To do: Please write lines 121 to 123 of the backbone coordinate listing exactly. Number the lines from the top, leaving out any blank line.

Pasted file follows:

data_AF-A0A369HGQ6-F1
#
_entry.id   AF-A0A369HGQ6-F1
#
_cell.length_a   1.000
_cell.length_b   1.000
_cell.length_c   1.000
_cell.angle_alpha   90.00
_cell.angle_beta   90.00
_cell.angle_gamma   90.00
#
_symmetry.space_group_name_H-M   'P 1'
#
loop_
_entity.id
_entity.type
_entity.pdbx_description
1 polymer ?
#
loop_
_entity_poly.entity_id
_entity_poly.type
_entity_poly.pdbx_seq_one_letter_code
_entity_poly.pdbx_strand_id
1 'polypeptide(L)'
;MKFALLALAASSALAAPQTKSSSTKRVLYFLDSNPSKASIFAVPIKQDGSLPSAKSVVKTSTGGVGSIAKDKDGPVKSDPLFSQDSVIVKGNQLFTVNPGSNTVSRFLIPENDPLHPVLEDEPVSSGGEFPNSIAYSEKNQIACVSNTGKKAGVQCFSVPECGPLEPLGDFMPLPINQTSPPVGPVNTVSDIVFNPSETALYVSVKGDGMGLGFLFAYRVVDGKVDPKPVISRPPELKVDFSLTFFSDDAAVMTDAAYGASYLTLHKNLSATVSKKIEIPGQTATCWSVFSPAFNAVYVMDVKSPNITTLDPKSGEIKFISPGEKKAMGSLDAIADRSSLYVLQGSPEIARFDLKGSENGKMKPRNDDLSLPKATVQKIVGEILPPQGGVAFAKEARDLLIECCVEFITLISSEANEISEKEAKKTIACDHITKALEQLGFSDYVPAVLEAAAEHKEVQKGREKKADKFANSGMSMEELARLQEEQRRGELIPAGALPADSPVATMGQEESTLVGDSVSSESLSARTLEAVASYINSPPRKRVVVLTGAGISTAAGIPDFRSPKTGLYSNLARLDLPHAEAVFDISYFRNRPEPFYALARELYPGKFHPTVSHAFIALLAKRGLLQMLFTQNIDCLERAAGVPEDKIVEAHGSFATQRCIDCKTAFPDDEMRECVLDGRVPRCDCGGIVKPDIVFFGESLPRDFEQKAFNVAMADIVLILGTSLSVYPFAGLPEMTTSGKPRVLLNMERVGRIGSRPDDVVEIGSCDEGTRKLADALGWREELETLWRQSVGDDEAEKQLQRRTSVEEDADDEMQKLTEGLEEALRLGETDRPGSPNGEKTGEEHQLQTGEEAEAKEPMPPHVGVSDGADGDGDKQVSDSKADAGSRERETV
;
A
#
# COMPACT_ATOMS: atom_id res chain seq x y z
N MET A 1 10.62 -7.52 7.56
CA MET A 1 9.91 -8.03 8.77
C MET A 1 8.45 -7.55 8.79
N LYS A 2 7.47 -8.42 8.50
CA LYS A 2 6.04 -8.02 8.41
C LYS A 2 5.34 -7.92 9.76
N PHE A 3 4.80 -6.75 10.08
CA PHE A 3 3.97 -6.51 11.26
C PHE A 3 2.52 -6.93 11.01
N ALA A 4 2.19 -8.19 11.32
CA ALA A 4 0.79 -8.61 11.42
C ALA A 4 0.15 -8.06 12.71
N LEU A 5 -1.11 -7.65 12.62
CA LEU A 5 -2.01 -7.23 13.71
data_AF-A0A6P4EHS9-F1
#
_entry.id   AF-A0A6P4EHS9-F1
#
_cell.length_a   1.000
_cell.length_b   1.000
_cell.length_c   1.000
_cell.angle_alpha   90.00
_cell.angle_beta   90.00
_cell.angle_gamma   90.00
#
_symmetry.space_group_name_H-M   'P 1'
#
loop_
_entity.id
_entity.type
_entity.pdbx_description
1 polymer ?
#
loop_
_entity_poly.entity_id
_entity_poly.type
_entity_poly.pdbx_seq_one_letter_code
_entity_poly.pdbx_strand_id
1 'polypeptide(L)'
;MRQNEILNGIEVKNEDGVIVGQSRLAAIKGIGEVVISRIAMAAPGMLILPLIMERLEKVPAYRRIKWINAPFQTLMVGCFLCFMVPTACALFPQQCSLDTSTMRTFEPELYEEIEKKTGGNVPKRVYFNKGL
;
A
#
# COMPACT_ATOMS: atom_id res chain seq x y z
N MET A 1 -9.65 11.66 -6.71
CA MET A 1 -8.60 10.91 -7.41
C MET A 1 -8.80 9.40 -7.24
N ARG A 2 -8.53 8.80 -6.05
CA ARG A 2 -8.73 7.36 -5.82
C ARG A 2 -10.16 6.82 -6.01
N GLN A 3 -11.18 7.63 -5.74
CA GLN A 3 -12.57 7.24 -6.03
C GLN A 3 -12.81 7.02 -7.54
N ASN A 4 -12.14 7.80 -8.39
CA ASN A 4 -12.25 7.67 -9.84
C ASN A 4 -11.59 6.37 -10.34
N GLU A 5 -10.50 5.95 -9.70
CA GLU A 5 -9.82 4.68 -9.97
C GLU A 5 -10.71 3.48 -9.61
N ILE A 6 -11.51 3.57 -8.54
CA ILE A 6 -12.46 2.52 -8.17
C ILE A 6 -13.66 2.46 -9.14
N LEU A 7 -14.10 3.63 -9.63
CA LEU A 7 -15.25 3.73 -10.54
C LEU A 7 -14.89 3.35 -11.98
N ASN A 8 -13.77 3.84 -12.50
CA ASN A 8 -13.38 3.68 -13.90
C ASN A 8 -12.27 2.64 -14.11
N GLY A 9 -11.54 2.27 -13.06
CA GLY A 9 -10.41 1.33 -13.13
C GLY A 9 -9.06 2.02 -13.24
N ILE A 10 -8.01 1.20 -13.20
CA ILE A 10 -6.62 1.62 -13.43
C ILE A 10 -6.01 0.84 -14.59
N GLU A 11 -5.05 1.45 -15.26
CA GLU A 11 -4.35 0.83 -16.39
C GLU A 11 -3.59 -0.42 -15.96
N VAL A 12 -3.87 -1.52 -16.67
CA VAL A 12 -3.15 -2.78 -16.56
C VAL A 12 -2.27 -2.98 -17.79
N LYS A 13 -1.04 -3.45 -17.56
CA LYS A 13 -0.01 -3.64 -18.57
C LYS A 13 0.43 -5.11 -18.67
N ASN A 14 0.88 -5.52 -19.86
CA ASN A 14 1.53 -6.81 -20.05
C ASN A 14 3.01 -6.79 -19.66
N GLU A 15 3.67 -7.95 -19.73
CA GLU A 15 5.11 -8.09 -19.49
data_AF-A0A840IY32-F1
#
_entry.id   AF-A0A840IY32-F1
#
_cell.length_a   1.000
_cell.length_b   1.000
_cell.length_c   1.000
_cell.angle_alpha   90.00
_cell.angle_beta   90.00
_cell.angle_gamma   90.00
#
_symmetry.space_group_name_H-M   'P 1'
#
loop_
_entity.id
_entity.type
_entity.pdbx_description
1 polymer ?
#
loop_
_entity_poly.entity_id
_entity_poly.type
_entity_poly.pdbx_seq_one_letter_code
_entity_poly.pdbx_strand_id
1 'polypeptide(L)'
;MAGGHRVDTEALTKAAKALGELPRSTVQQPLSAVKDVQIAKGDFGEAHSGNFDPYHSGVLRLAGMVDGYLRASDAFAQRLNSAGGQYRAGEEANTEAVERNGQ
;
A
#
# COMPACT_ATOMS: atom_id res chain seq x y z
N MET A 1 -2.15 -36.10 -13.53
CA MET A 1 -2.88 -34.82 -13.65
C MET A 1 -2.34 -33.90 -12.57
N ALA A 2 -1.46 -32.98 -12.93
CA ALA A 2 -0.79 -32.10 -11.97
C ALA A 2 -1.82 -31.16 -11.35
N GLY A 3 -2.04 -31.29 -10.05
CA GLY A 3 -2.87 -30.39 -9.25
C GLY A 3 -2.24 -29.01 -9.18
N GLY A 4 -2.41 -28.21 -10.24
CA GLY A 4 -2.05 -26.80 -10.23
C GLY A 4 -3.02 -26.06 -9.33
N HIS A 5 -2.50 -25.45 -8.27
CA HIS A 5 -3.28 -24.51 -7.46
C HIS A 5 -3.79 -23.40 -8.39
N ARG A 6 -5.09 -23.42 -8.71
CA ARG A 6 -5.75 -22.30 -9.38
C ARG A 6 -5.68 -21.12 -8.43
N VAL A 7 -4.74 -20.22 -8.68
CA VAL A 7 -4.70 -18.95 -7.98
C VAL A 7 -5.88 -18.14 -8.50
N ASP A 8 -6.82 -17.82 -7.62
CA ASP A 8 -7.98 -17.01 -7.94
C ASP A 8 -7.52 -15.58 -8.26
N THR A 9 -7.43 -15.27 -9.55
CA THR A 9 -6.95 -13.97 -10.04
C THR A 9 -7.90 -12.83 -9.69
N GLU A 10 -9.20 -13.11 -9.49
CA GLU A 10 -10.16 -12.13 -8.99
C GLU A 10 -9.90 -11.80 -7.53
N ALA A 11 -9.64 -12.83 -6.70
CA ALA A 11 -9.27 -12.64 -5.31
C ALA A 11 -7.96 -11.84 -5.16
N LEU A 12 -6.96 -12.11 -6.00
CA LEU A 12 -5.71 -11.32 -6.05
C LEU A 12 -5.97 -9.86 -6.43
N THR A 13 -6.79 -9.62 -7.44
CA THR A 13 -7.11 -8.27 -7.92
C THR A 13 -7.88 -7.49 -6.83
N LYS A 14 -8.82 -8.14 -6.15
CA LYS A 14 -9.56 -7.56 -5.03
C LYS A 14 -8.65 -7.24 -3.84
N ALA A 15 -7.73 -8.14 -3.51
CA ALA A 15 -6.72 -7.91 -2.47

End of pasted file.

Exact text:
_entry.id   AF-A0A840IY32-F1
#
_cell.length_a   1.000